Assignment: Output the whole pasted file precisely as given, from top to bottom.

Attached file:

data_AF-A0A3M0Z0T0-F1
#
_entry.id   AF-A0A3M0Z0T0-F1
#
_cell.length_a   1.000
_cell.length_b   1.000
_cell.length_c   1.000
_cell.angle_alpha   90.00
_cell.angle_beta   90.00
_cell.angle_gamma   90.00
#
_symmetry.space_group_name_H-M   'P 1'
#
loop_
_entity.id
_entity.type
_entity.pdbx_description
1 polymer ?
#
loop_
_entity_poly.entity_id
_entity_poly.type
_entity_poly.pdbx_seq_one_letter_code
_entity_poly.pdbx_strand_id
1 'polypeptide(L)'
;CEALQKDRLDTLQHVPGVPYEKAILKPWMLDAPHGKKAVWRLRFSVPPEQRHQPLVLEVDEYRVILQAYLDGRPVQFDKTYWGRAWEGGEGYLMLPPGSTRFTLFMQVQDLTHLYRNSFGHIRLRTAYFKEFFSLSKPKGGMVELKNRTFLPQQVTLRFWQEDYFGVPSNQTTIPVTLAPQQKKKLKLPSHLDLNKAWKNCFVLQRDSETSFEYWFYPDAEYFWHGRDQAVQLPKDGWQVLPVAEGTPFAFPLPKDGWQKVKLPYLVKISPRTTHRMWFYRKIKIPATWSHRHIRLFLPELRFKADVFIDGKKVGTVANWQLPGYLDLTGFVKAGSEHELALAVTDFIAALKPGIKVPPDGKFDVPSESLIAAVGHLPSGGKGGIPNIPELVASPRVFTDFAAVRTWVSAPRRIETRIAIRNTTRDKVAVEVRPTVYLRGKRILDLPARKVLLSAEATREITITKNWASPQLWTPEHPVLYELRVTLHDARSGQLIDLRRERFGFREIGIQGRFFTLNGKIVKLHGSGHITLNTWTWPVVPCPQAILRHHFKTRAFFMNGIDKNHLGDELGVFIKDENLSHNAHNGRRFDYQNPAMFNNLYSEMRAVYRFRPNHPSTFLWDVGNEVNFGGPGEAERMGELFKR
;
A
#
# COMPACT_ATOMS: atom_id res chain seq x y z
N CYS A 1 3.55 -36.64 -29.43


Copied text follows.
data_AF-A0A3M0Z0T0-F1
#
_entry.id   AF-A0A3M0Z0T0-F1
#
_cell.length_a   1.000
_cell.length_b   1.000
_cell.length_c   1.000
_cell.angle_alpha   90.00
_cell.angle_beta   90.00
_cell.angle_gamma   90.00
#
_symmetry.space_group_name_H-M   'P 1'
#
loop_
_entity.id
_entity.type
_entity.pdbx_description
1 polymer ?
#
loop_
_entity_poly.entity_id
_entity_poly.type
_entity_poly.pdbx_seq_one_letter_code
_entity_poly.pdbx_strand_id
1 'polypeptide(L)'
;CEALQKDRLDTLQHVPGVPYEKAILKPWMLDAPHGKKAVWRLRFSVPPEQRHQPLVLEVDEYRVILQAYLDGRPVQFDKTYWGRAWEGGEGYLMLPPGSTRFTLFMQVQDLTHLYRNSFGHIRLRTAYFKEFFSLSKPKGGMVELKNRTFLPQQVTLRFWQEDYFGVPSNQTTIPVTLAPQQKKKLKLPSHLDLNKAWKNCFVLQRDSETSFEYWFYPDAEYFWHGRDQAVQLPKDGWQVLPVAEGTPFAFPLPKDGWQKVKLPYLVKISPRTTHRMWFYRKIKIPATWSHRHIRLFLPELRFKADVFIDGKKVGTVANWQLPGYLDLTGFVKAGSEHELALAVTDFIAALKPGIKVPPDGKFDVPSESLIAAVGHLPSGGKGGIPNIPELVASPRVFTDFAAVRTWVSAPRRIETRIAIRNTTRDKVAVEVRPTVYLRGKRILDLPARKVLLSAEATREITITKNWASPQLWTPEHPVLYELRVTLHDARSGQLIDLRRERFGFREIGIQGRFFTLNGKIVKLHGSGHITLNTWTWPVVPCPQAILRHHFKTRAFFMNGIDKNHLGDELGVFIKDENLSHNAHNGRRFDYQNPAMFNNLYSEMRAVYRFRPNHPSTFLWDVGNEVNFGGPGEAERMGELFKR
;
A
#
# COMPACT_ATOMS: atom_id res chain seq x y z
N CYS A 1 3.55 -36.64 -29.43